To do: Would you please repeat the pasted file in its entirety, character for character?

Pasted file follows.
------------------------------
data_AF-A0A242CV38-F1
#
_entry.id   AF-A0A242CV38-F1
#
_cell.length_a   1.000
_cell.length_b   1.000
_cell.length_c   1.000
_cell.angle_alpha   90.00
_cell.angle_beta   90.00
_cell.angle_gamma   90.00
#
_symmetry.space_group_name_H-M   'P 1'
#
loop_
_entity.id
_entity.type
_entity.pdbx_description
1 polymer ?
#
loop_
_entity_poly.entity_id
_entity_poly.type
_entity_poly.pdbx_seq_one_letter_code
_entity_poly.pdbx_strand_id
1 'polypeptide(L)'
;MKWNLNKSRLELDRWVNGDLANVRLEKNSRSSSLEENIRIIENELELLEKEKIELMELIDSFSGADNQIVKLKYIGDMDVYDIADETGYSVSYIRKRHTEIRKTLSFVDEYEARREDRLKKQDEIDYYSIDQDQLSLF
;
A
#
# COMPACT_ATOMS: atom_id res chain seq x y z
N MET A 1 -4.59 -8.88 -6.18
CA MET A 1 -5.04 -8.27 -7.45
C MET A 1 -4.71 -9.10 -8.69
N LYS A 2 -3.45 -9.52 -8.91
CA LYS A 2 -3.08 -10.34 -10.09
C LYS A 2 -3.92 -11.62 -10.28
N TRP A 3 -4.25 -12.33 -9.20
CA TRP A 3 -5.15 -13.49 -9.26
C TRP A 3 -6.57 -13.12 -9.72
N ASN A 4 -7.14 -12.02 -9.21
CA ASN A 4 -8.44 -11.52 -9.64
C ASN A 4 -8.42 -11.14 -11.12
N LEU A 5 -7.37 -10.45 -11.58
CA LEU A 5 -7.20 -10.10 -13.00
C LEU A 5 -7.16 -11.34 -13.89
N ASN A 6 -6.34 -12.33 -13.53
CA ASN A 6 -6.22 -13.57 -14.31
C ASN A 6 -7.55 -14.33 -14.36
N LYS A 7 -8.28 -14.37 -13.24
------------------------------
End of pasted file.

data_AF-A0A242CV38-F1
#
_entry.id   AF-A0A242CV38-F1
#
_cell.length_a   1.000
_cell.length_b   1.000
_cell.length_c   1.000
_cell.angle_alpha   90.00
_cell.angle_beta   90.00
_cell.angle_gamma   90.00
#
_symmetry.space_group_name_H-M   'P 1'
#
loop_
_entity.id
_entity.type
_entity.pdbx_description
1 polymer ?
#
loop_
_entity_poly.entity_id
_entity_poly.type
_entity_poly.pdbx_seq_one_letter_code
_entity_poly.pdbx_strand_id
1 'polypeptide(L)'
;MKWNLNKSRLELDRWVNGDLANVRLEKNSRSSSLEENIRIIENELELLEKEKIELMELIDSFSGADNQIVKLKYIGDMDVYDIADETGYSVSYIRKRHTEIRKTLSFVDEYEARREDRLKKQDEIDYYSIDQDQLSLF
;
A
#
# COMPACT_ATOMS: atom_id res chain seq x y z
N MET A 1 -4.59 -8.88 -6.18
CA MET A 1 -5.04 -8.27 -7.45
C MET A 1 -4.71 -9.10 -8.69
N LYS A 2 -3.45 -9.52 -8.91
CA LYS A 2 -3.08 -10.34 -10.09
C LYS A 2 -3.92 -11.62 -10.28
N TRP A 3 -4.25 -12.33 -9.20
CA TRP A 3 -5.15 -13.49 -9.26
C TRP A 3 -6.57 -13.12 -9.72
N ASN A 4 -7.14 -12.02 -9.21
CA ASN A 4 -8.44 -11.52 -9.64
C ASN A 4 -8.42 -11.14 -11.12
N LEU A 5 -7.37 -10.45 -11.58
CA LEU A 5 -7.20 -10.10 -13.00
C LEU A 5 -7.16 -11.34 -13.89
N ASN A 6 -6.34 -12.33 -13.53
CA ASN A 6 -6.22 -13.57 -14.31
C ASN A 6 -7.55 -14.33 -14.36
N LYS A 7 -8.28 -14.37 -13.24